Why make a spectacle out of religion in the courtroom?
Posted: Fri, 24th Jul 2020 by Stephen Evans
Stephen Evans argues that the current system of religious oaths and affirmations should be replaced by a universal secular declaration of the solemn duty to tell the truth.
The Republic of Ireland looks set to take another step towards secular modernity by removing a requirement for witnesses to indicate their religious faith when filing an affidavit.
The changes are being proposed in the Civil Law and Criminal Law (Miscellaneous Provisions) Bill 2020, under which witnesses would instead make a "statement of truth".
However, as is the case in the UK, jurors and witnesses giving evidence in person in court will still be required to swear a religious oath or make a secular affirmation.
So, whilst the reforms in Ireland are welcome, they don't go far enough – as the president of the Law Society of Ireland, Michele O'Boyle, has pointed out.
Ireland's Law Society has been advocating for abolition of religious oaths since 1990. According to Ms O'Boyle: "The current system of oaths and affirmations, which dates back to 1888, is contrary to the right to privacy and contrary to a person's dignity in legal proceedings.
"Requiring a person to either declare one's religious conviction, or lack thereof, is, by any standard entirely inappropriate in a progressive, 21st century legal system." Quite right.
This system of different religious oaths on various holy books and secular affirmations unnecessarily makes an issue out of people's religiosity in the courtroom. Why on earth should a defendant's or witness's religious affiliations be the first thing a jury finds out about them?
An individual's religious beliefs are essentially a private matter and (usually) entirely irrelevant to the legal process. But there is also the risk that making a performative display of a person's religious or atheistic convictions may actually impede the administration of justice. According to O'Boyle, the current system of oaths and affirmations can "give rise to unfair perceptions on the credibility of the evidence given where individuals decline to take a religious oath".
This is backed up by academics, who have argued that a procedure that signals someone's belief or disbelief in God "is an influential cue of morality or immorality" that could bias trial outcomes in any number of ways.
According to Ryan McKay at Royal Holloway and Colin Davis, chair in Cognitive Psychology at the University of Bristol: "There is a real risk that defendants who take the religious oath when giving evidence may, by that very fact, enjoy more favourable verdicts and sentencing decisions than those who opt for the secular affirmation."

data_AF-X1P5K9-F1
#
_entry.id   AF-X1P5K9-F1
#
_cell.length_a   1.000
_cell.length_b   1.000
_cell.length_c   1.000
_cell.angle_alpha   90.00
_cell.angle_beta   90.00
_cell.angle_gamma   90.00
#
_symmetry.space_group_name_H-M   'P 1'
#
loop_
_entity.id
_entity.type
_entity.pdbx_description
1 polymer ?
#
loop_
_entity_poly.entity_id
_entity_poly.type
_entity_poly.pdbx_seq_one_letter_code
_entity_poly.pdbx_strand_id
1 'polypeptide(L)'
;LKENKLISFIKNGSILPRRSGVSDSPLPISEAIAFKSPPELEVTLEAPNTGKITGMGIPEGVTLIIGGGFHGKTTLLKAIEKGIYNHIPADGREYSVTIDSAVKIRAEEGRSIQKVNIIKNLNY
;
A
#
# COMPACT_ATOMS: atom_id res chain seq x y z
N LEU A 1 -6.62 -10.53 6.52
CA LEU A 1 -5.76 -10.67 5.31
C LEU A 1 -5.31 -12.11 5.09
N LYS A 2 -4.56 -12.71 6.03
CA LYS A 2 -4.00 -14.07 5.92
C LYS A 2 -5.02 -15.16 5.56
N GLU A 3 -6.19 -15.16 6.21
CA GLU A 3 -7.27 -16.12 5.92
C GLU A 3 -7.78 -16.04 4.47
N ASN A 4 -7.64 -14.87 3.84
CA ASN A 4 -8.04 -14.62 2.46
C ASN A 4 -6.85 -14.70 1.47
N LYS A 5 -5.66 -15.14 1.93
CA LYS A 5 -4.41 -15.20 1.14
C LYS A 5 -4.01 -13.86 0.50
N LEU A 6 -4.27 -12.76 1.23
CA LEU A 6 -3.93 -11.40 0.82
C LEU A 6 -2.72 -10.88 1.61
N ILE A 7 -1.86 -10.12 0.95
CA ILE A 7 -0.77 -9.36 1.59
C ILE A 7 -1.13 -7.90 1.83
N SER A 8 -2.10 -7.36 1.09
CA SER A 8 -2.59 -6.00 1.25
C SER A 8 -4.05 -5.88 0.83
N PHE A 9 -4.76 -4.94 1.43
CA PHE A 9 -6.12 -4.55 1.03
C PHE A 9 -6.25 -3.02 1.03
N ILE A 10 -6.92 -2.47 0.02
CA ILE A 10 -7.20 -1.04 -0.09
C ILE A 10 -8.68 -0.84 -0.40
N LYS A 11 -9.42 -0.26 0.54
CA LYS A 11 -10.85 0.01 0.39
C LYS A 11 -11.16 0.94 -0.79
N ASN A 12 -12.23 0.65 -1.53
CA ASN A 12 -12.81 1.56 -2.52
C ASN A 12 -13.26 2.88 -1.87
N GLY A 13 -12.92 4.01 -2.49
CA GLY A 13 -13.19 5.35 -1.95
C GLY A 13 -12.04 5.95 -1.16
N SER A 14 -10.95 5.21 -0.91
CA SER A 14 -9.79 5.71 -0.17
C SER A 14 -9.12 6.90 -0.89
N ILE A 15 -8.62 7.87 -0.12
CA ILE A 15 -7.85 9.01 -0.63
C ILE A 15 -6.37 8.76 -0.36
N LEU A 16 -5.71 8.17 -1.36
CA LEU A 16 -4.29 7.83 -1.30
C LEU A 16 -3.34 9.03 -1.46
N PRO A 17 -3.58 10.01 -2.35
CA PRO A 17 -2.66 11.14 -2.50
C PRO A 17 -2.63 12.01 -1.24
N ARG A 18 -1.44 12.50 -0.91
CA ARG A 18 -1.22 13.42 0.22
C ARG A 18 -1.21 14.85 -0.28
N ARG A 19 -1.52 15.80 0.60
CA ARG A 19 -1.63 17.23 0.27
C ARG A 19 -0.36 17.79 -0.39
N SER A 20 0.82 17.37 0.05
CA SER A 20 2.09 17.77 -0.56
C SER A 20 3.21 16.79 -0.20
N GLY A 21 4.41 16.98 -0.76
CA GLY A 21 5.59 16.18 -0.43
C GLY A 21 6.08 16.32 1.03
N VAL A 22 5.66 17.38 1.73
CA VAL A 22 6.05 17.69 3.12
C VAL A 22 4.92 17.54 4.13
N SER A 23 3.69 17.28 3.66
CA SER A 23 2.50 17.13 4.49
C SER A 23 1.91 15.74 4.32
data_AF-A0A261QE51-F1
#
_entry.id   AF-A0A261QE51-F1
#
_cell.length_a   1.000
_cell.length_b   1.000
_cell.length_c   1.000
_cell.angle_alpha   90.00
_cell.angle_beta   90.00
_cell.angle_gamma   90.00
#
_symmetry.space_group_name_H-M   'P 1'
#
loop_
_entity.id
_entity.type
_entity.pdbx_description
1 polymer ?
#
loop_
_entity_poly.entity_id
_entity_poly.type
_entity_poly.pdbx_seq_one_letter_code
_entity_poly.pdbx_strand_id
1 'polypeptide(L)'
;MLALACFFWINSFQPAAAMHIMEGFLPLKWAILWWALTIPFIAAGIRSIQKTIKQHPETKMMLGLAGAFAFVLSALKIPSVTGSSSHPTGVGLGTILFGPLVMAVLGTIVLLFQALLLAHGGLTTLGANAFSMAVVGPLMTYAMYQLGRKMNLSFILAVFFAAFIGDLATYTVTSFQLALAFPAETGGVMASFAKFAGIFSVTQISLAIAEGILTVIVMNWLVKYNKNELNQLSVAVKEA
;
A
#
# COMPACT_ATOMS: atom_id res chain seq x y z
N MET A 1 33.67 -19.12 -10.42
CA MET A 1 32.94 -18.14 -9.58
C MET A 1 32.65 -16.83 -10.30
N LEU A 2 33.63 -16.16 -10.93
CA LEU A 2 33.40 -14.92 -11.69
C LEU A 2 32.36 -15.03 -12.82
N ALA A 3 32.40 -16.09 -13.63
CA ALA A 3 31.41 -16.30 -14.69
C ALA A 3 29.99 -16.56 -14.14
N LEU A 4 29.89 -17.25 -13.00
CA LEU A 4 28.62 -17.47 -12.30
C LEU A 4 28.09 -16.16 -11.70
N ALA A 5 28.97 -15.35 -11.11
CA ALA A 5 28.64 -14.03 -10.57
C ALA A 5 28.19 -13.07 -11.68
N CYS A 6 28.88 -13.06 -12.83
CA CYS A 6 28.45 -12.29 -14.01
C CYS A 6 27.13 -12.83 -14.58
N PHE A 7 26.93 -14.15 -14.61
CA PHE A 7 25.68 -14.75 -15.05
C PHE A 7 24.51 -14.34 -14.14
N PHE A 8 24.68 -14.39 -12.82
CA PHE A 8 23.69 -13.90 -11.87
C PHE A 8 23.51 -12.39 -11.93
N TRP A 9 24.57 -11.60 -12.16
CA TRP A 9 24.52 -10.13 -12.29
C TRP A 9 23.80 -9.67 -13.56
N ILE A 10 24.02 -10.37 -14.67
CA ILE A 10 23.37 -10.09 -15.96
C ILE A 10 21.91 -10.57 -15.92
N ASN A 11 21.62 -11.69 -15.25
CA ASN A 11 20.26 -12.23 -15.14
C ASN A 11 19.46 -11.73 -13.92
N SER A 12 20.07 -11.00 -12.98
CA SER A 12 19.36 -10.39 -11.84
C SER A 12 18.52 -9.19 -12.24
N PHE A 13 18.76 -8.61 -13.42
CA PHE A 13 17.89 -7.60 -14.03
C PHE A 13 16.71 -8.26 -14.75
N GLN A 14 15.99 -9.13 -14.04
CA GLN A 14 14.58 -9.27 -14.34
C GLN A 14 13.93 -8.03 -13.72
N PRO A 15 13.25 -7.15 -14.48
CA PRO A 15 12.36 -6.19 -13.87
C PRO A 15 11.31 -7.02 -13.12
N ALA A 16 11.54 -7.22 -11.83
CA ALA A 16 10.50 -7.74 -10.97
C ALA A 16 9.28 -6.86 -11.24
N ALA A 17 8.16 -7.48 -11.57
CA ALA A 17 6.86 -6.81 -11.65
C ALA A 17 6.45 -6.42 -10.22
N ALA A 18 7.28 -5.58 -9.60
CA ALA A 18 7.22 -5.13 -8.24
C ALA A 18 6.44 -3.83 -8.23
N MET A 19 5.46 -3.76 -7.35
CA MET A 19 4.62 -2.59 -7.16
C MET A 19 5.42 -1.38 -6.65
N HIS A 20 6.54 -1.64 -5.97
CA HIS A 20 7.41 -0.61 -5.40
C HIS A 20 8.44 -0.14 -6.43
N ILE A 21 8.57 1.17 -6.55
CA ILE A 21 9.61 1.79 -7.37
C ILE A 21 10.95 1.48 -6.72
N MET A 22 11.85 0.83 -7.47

"The different potency of the religious oath and secular affirmation as signals of a witness's credibility is precisely the reason the oath should be abolished", they argue.
But it's not only the non-religious who stand to be disadvantaged. Any juror harbouring a prejudice may be influenced by someone swearing on a holy book, and regard them with suspicion, consciously or unconsciously.
A single affirmation to tell the truth, and acknowledgment that knowingly giving false evidence may result in prosecution for perjury, removes any unnecessary distinction between witnesses. It introduces a level playing field that takes away the need for a person to reveal their religious beliefs before they even give evidence. This would put all witnesses on an equal footing, making it more likely that cases would be decided on the evidence heard rather than the prejudices of those hearing it.
A proposal to end the swearing of oaths on the Bible and other holy books in courts in England and Wales was considered, but ultimately rejected by magistrates in 2013. The motion called for oaths and affirmations to be replaced by a promise to "very sincerely tell the truth". Magistrates Association members who backed it argued it would make the justice system fairer, more relevant and help to convey the importance of what witnesses are saying.
Senior figures in the Church of England called it "another attempt to chip away at the country's Christian foundations" and at least one who member who rejected the motion expressed concern that that magistrates would "pilloried for going against centuries of tradition". Church leaders also argued that religious oaths strengthen the value of witnesses' evidence. This argument, which has more than a whiff of prejudice about it, is as unconvincing as it is unsupported by evidence.
Some evangelicals would probably argue that to deny people the opportunity to swear on the Bible in court would restrict their religious freedom. But any person making a secular 'statement of truth' can of course privately call on God to witness the truth of their statements if they so desire. And any tension with human rights is created by a legal system that requires individuals to reveal personal beliefs. Replacing religious oaths and affirmations with a single declaration would best protect everyone's right to respect for private life, which is enshrined in Article 8 of the Human Rights Act.
There is a value in requiring witnesses to acknowledge publicly before they give evidence that they are under a solemn duty to tell the truth – and commit a serious criminal offence if they do not. But the process for achieving this should be universal, rather than the multifaith mishmash of oaths and affirmations we have now.
Tradition is all good and well, but it shouldn't stand in the way of a secular legal system which treats everyone equally and which prioritises the fair administration of justice above all.
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